Globally, between 1 and 2 billion people define their right to the land through what the community says, which means that the commons estate is huge. In sub-Saharan Africa, 1.6 billion hectare, 75% of the land area, is held by communities under customary law, around 1.4 billion ha is land that is not cultivated but is collectively held forest, range land etc. In most of Africa, private title is only on average between 2 and 10% of the land (e.g. Cameroon 2%). The colonial legacy led to the rest of the land being considered ‘without owner’. This land was therefore expropriated by the colonial power – a situation that was not changed but maintained by many African states after independence.
The most fundamental way in which this situation needs to be changed is for customary land rights to be recognised as property rights in statutory law, not just as user or possession rights; and that it applies not only to family lands but to lands held collectively, including the forests and range lands that are currently considered to be state not community lands.
The vast majority of forest, pastoral, farming and other land in Africa has been managed by communities in accordance with their customary law, which is an efficient approach to management of natural resources that continues to develop and respond to modern realities, including issues of population growth and movement, shifting resource use, and food sovereignty. Customary land tenure provides a secure foundation for development providing that it is protected under statutory law.
The alternative is to continue with an out-dated colonial-derived system that makes communities squatters on their own lands. In this context, the biggest driver of social conflict, and in extreme cases civil war, is the denial of rights to land and resources. We have seen conflict of this kind in recent times in both Central and West Africa. The fact that 50% of civil wars go back to war within 5-10 years where such issues are left unresolved makes securing land rights an urgent necessity.
A critical role for the modern state is to make progress in establishing ways of recognising and incorporating customary land tenure into national law, recognising that – in contrast to a system that’s been imposed from the outside – it is fair, efficient and legitimate. However, many countries are far behind and have an urgent need for reform. The recognition of customary land tenure provides a route to food sovereignty and secure basis for development, particularly in the context of large-scale land acquisition by domestic and international actors, resource depletion, population growth and climate change.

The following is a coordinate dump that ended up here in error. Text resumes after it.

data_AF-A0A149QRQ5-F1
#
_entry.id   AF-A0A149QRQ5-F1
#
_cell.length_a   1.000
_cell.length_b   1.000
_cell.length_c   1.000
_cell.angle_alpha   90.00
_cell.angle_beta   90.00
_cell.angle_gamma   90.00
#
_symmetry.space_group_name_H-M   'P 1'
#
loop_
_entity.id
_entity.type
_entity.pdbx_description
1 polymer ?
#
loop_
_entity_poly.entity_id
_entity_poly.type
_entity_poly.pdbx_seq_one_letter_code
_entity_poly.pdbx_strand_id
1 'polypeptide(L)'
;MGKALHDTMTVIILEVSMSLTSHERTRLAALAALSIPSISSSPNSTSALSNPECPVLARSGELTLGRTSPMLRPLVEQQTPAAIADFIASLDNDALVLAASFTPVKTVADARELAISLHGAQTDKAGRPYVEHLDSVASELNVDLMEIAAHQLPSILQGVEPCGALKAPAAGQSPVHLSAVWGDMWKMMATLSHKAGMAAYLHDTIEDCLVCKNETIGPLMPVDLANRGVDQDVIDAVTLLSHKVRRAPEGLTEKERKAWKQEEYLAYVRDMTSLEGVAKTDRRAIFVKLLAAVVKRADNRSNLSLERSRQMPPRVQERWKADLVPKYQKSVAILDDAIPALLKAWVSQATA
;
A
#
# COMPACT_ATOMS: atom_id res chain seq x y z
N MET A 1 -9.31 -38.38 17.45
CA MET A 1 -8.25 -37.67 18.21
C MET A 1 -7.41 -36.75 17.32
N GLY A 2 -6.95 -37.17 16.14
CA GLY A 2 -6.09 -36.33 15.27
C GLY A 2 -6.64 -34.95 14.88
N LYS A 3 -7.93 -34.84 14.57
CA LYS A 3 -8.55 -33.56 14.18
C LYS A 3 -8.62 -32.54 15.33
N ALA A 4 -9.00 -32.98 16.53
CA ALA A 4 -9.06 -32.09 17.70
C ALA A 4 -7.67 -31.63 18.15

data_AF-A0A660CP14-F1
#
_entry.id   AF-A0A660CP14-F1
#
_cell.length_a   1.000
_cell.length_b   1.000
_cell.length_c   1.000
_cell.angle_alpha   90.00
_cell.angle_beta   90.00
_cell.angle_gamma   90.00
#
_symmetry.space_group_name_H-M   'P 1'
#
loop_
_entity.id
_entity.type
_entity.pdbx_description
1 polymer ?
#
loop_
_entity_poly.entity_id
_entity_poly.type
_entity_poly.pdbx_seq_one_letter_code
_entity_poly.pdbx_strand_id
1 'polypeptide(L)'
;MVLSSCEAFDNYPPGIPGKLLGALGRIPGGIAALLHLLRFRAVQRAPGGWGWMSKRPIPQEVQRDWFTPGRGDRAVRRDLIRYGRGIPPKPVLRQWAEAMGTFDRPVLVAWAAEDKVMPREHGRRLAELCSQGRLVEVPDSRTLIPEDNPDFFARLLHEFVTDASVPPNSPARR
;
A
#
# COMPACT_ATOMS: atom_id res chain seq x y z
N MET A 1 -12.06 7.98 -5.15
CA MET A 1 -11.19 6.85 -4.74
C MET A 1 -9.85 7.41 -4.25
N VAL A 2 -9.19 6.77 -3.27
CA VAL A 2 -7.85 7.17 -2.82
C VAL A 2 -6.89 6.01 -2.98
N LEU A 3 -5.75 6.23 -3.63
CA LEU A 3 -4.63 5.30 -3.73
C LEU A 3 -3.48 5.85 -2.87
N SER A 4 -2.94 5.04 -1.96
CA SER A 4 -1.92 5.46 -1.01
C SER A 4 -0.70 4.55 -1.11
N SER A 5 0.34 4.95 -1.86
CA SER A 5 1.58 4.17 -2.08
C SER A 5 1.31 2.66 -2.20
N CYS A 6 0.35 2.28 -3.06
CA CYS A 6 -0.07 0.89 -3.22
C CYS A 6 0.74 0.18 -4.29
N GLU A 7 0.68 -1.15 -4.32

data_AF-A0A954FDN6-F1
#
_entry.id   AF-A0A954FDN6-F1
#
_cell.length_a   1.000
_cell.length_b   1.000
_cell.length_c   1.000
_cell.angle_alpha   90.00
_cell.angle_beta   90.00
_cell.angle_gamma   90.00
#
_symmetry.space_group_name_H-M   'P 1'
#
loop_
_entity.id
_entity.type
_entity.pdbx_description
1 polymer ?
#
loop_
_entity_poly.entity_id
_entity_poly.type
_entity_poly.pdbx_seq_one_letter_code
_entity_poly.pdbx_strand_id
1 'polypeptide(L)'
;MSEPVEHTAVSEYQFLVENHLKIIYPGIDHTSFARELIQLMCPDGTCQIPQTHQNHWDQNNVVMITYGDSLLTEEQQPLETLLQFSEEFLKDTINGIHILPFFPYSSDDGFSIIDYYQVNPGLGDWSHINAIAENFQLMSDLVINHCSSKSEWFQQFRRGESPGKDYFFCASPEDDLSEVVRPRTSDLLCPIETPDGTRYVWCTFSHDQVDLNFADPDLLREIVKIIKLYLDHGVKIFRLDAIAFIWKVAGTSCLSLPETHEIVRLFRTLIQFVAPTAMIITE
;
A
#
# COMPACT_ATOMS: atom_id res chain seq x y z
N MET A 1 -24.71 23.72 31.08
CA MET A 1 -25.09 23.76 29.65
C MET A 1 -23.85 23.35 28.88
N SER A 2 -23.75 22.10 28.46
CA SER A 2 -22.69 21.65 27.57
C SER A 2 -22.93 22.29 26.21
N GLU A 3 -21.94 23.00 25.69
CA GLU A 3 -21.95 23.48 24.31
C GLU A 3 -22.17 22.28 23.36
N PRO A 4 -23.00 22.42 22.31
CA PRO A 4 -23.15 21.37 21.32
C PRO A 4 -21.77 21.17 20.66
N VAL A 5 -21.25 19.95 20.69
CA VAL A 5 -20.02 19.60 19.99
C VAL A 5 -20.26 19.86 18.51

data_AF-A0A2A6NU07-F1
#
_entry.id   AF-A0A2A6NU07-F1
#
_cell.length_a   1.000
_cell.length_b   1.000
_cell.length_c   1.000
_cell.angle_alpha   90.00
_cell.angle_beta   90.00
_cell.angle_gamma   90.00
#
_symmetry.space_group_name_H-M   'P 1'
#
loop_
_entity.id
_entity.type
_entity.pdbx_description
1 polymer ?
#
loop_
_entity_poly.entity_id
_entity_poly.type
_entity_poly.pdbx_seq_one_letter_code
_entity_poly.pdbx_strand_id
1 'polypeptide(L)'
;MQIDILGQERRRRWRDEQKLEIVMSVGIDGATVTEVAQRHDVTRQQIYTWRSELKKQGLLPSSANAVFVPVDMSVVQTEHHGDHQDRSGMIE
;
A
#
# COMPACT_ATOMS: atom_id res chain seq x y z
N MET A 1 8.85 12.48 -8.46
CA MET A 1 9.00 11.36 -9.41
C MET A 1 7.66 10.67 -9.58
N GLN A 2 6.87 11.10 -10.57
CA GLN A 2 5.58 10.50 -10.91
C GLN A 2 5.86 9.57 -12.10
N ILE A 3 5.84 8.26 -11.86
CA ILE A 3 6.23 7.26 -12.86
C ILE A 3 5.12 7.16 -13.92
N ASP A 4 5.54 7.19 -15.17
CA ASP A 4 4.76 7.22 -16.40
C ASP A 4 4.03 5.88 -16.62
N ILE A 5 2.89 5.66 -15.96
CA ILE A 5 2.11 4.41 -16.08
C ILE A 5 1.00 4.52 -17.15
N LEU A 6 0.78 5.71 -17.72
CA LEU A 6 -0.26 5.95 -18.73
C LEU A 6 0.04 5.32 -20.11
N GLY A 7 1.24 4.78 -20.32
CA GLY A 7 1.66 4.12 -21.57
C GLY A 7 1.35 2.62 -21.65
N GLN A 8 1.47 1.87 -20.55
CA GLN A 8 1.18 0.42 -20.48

Mobilised by the need to address the urgency of these threats, communities and civil society are increasingly recognising that a legitimate solution lies in protecting and strengthening customary land tenure and community governance.
The community and civil society representatives at this African Community Rights Network Douala Conference on Community Rights make the following recommendations.
Recommendations to communities and civil society NGOs
1. Work to define and demarcate community land areas, and raise awareness of the disparity between national law and customary reality, and thereby mobilise communities to seek change.
2. Call for national statutory legal protection for customary lands, and work for active participation by communities in national legal reform processes to achieve this.
3. Work to enable community governance that is transparent, participatory, accountable and inclusive, including in determining individual and family areas and land use within the inalienable community commons.
4. Work to enable the full participation of diverse groups, whether pastoralists, hunter-gathers, and agriculturalists, including men and women and all age groups
5. Recognise that NGOs have an important place in helping to make political space for necessary change, but that space must be made for the wider public to occupy, especially communities themselves.
On the basis of the clear statement of the African Charter on Human and Peoples’ Rights, that natural resources should be managed for the exclusive benefit of the people; and,
recognising the enormous benefits of recognising customary land tenure systems, and the huge problems created by giving primacy to foreign-derived law;
we seek to build strong partnerships across the region between communities, civil society, governments, and international organisations, to ensure that this enduring solution can successfully address current problems and approaching crises, and guarantee a long-term development path that is fair, just and self-determined.